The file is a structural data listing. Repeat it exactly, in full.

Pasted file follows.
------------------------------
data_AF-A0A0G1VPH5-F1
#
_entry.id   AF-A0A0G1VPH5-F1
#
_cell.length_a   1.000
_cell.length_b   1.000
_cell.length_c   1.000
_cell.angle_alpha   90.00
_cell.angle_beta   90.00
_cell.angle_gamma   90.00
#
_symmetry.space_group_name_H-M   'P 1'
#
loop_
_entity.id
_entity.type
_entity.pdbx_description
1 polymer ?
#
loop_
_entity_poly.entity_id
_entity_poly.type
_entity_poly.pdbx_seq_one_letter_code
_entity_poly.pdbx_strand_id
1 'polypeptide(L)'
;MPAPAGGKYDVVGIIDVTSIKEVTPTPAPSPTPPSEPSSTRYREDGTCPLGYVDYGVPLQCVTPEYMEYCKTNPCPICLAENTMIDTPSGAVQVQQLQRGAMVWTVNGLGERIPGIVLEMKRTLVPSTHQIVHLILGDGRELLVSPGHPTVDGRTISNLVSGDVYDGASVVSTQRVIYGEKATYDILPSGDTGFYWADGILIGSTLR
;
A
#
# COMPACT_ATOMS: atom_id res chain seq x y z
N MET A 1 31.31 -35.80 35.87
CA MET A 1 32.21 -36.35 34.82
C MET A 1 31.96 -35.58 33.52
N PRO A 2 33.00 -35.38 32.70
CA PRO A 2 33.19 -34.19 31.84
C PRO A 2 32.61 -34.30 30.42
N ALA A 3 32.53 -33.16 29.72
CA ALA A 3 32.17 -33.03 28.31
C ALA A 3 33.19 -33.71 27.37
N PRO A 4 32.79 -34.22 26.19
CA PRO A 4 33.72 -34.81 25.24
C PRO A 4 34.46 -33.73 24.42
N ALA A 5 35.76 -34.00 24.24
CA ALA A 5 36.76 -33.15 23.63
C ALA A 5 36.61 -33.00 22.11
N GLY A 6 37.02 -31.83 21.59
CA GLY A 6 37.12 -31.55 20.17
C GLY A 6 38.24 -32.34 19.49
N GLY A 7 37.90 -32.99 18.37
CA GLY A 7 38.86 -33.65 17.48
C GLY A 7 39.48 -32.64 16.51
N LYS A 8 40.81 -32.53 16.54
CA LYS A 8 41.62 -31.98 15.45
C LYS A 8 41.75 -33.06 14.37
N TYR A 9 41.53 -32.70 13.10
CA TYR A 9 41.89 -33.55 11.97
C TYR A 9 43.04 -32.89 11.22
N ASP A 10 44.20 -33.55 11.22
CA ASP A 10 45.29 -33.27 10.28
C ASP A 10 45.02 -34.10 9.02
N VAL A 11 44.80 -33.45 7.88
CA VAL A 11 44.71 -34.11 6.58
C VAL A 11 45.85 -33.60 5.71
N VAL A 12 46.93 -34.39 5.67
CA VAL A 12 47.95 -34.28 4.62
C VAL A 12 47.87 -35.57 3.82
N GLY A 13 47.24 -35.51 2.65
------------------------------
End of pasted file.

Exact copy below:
data_AF-A0A0G1VPH5-F1
#
_entry.id   AF-A0A0G1VPH5-F1
#
_cell.length_a   1.000
_cell.length_b   1.000
_cell.length_c   1.000
_cell.angle_alpha   90.00
_cell.angle_beta   90.00
_cell.angle_gamma   90.00
#
_symmetry.space_group_name_H-M   'P 1'
#
loop_
_entity.id
_entity.type
_entity.pdbx_description
1 polymer ?
#
loop_
_entity_poly.entity_id
_entity_poly.type
_entity_poly.pdbx_seq_one_letter_code
_entity_poly.pdbx_strand_id
1 'polypeptide(L)'
;MPAPAGGKYDVVGIIDVTSIKEVTPTPAPSPTPPSEPSSTRYREDGTCPLGYVDYGVPLQCVTPEYMEYCKTNPCPICLAENTMIDTPSGAVQVQQLQRGAMVWTVNGLGERIPGIVLEMKRTLVPSTHQIVHLILGDGRELLVSPGHPTVDGRTISNLVSGDVYDGASVVSTQRVIYGEKATYDILPSGDTGFYWADGILIGSTLR
;
A
#
# COMPACT_ATOMS: atom_id res chain seq x y z
N MET A 1 31.31 -35.80 35.87
CA MET A 1 32.21 -36.35 34.82
C MET A 1 31.96 -35.58 33.52
N PRO A 2 33.00 -35.38 32.70
CA PRO A 2 33.19 -34.19 31.84
C PRO A 2 32.61 -34.30 30.42
N ALA A 3 32.53 -33.16 29.72
CA ALA A 3 32.17 -33.03 28.31
C ALA A 3 33.19 -33.71 27.37
N PRO A 4 32.79 -34.22 26.19
CA PRO A 4 33.72 -34.81 25.24
C PRO A 4 34.46 -33.73 24.42
N ALA A 5 35.76 -34.00 24.24
CA ALA A 5 36.76 -33.15 23.63
C ALA A 5 36.61 -33.00 22.11
N GLY A 6 37.02 -31.83 21.59
CA GLY A 6 37.12 -31.55 20.17
C GLY A 6 38.24 -32.34 19.49
N GLY A 7 37.90 -32.99 18.37
CA GLY A 7 38.86 -33.65 17.48
C GLY A 7 39.48 -32.64 16.51
N LYS A 8 40.81 -32.53 16.54
CA LYS A 8 41.62 -31.98 15.45
C LYS A 8 41.75 -33.06 14.37
N TYR A 9 41.53 -32.70 13.10
CA TYR A 9 41.89 -33.55 11.97
C TYR A 9 43.04 -32.89 11.22
N ASP A 10 44.20 -33.55 11.22
CA ASP A 10 45.29 -33.27 10.28
C ASP A 10 45.02 -34.10 9.02
N VAL A 11 44.80 -33.45 7.88
CA VAL A 11 44.71 -34.11 6.58
C VAL A 11 45.85 -33.60 5.71
N VAL A 12 46.93 -34.39 5.67
CA VAL A 12 47.95 -34.28 4.62
C VAL A 12 47.87 -35.57 3.82
N GLY A 13 47.24 -35.51 2.65